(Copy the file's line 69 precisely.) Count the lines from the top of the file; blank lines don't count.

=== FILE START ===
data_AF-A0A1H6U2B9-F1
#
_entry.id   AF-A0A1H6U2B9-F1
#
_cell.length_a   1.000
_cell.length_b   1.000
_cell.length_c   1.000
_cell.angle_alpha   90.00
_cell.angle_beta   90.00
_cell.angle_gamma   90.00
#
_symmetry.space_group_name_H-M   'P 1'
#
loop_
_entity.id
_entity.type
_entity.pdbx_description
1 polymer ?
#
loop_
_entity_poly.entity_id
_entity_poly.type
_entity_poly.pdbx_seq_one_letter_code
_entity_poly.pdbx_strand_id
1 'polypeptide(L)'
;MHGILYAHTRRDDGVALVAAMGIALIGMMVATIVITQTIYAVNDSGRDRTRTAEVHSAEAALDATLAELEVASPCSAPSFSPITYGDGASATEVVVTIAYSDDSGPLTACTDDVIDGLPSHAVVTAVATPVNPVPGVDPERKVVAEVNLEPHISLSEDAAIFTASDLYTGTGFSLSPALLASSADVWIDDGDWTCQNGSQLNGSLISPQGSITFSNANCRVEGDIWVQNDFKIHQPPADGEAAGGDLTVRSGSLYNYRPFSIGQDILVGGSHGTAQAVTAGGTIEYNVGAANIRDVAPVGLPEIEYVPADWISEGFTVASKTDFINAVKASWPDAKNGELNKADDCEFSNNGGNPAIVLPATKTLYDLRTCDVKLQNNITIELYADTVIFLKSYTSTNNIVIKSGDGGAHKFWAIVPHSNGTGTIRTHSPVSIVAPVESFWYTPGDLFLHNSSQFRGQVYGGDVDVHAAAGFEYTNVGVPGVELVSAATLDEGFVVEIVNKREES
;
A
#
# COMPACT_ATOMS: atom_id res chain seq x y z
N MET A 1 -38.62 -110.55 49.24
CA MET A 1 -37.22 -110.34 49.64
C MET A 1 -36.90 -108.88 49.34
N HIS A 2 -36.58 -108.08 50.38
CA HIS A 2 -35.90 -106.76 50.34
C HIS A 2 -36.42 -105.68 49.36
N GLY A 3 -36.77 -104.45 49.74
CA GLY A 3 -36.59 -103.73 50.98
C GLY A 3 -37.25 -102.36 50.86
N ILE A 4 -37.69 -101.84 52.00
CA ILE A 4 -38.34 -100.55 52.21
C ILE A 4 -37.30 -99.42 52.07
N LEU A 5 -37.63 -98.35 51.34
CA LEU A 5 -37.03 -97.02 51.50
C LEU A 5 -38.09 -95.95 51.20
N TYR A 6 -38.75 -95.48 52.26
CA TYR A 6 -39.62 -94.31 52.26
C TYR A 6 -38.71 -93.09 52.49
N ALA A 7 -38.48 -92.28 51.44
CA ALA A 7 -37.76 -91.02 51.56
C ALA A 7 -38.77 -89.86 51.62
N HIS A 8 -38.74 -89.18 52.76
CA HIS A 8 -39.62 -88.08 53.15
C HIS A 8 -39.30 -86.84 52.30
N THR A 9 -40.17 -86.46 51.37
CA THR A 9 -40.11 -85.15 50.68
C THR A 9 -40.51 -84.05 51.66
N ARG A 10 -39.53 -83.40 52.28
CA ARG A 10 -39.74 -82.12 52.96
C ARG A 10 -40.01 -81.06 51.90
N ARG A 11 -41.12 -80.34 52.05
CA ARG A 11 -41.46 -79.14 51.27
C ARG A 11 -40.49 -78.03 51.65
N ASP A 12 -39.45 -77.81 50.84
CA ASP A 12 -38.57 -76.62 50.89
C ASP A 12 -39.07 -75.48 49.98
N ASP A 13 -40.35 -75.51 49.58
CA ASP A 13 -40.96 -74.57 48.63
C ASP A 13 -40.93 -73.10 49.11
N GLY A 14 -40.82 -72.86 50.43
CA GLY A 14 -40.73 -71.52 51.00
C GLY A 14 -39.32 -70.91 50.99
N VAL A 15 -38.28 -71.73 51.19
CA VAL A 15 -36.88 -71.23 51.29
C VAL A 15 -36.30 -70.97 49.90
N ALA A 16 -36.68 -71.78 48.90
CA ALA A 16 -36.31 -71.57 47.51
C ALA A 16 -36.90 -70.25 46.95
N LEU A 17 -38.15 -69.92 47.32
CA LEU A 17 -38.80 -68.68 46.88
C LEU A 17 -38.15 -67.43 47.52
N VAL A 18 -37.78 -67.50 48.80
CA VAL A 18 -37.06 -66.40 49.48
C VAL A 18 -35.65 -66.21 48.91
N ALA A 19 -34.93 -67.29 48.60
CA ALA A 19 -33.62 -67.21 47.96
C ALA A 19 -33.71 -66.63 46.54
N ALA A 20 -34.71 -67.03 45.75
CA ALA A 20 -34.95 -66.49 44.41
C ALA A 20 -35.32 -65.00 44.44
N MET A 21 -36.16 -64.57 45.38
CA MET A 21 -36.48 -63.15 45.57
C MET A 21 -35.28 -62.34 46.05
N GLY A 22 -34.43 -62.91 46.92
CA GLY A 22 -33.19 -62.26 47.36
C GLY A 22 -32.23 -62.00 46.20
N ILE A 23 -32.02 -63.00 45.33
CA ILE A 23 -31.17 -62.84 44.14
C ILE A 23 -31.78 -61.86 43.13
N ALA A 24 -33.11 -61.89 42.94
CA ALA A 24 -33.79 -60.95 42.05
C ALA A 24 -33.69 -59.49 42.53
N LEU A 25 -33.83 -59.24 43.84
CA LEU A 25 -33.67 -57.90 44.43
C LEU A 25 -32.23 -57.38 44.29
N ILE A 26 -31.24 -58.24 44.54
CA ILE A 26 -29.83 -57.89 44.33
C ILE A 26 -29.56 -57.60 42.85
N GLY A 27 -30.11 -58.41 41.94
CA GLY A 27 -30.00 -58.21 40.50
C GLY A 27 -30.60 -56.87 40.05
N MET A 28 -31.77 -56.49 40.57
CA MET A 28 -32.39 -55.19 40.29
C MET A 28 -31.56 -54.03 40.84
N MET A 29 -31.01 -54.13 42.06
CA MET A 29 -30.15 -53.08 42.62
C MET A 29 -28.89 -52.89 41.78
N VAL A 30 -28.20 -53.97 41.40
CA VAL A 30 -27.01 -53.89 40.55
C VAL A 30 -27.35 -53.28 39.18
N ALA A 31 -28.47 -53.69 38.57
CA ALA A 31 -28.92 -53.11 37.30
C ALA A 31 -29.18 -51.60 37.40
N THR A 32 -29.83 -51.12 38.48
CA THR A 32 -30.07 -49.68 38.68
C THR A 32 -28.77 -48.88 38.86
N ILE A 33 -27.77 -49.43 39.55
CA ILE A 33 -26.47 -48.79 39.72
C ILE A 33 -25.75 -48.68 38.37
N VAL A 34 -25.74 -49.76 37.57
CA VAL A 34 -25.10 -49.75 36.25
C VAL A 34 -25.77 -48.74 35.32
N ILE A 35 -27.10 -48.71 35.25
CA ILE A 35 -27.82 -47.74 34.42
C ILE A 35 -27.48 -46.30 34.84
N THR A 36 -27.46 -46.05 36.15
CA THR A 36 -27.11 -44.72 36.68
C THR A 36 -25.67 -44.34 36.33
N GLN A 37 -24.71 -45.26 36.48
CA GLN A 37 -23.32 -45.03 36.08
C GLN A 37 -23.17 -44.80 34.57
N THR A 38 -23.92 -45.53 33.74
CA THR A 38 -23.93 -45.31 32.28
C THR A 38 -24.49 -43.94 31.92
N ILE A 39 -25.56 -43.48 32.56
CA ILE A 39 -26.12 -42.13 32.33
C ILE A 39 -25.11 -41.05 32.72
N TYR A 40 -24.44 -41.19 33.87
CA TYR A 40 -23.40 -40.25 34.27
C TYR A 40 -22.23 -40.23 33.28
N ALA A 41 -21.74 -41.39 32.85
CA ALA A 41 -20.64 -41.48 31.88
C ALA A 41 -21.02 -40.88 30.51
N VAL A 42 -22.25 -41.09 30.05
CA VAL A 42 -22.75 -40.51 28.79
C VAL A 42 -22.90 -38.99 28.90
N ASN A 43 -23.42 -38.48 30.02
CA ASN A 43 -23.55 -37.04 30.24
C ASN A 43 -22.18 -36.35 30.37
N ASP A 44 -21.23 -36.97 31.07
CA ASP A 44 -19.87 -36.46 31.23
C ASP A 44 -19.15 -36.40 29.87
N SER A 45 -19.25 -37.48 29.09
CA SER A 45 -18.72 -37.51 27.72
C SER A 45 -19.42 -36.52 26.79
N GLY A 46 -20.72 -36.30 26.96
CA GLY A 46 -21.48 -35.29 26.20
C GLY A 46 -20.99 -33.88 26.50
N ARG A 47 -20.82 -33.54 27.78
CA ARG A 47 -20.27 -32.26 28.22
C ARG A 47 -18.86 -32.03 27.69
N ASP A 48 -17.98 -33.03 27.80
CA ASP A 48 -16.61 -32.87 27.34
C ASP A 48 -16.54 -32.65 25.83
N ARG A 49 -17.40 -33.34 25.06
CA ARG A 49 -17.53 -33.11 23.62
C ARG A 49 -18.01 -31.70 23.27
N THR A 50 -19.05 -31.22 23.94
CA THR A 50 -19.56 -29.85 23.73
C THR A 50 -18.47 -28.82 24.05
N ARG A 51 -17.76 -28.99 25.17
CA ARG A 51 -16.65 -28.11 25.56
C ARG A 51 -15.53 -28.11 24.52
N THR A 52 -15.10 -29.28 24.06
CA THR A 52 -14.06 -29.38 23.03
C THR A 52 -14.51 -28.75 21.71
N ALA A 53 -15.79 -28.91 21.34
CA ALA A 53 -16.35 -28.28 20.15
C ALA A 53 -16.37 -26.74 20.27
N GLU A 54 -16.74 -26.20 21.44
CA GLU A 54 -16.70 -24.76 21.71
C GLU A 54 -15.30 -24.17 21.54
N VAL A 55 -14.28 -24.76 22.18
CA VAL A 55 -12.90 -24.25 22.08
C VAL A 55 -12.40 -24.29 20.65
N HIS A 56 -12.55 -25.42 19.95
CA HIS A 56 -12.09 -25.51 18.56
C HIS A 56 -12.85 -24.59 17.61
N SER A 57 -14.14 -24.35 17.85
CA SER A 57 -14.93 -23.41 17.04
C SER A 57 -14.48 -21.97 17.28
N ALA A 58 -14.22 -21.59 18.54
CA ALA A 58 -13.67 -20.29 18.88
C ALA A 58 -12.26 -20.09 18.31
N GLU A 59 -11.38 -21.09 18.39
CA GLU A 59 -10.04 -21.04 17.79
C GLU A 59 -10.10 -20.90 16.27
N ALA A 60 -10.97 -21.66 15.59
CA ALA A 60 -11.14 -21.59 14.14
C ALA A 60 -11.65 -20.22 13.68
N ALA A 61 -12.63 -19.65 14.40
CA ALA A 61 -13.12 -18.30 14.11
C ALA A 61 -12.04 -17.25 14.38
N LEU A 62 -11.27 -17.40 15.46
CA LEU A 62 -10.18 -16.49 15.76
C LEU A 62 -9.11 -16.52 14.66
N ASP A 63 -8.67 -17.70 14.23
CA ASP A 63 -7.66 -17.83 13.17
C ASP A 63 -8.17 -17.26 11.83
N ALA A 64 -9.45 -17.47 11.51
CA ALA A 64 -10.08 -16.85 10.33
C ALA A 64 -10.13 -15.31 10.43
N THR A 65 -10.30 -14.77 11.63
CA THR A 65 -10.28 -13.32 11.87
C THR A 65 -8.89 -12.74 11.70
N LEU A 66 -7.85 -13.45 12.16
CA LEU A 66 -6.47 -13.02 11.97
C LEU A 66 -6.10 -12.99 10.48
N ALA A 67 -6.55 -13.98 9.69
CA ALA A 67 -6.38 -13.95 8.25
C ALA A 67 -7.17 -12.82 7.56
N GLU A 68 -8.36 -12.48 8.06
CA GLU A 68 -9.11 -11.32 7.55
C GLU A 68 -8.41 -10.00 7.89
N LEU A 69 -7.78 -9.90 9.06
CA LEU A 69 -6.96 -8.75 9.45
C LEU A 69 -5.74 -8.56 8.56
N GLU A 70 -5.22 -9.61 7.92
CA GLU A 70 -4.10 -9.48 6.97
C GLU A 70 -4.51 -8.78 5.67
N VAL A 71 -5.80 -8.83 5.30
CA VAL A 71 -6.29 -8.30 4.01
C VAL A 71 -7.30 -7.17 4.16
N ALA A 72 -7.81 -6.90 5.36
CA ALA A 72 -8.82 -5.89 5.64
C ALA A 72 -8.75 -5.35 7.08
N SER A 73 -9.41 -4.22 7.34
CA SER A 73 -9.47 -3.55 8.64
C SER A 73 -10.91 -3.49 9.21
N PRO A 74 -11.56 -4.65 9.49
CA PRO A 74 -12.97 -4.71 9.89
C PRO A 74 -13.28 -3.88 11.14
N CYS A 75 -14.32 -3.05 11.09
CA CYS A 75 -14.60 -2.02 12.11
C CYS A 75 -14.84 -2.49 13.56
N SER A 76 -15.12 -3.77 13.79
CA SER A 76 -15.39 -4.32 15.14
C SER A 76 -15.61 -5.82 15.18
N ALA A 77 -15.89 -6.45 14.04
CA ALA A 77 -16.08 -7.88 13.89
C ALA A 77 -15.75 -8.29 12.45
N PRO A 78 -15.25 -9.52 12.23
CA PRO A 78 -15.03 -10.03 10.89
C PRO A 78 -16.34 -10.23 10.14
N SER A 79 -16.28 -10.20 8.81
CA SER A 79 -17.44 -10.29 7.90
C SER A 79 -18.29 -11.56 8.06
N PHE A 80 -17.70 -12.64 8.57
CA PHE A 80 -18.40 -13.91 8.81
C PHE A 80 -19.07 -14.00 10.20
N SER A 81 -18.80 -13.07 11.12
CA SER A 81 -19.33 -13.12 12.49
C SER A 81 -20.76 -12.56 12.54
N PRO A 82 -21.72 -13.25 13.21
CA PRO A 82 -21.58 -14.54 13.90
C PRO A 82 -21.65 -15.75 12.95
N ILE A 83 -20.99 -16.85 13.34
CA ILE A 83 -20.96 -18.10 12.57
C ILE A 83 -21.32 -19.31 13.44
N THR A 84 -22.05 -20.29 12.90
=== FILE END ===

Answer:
C ASP A 13 -40.93 -73.10 49.11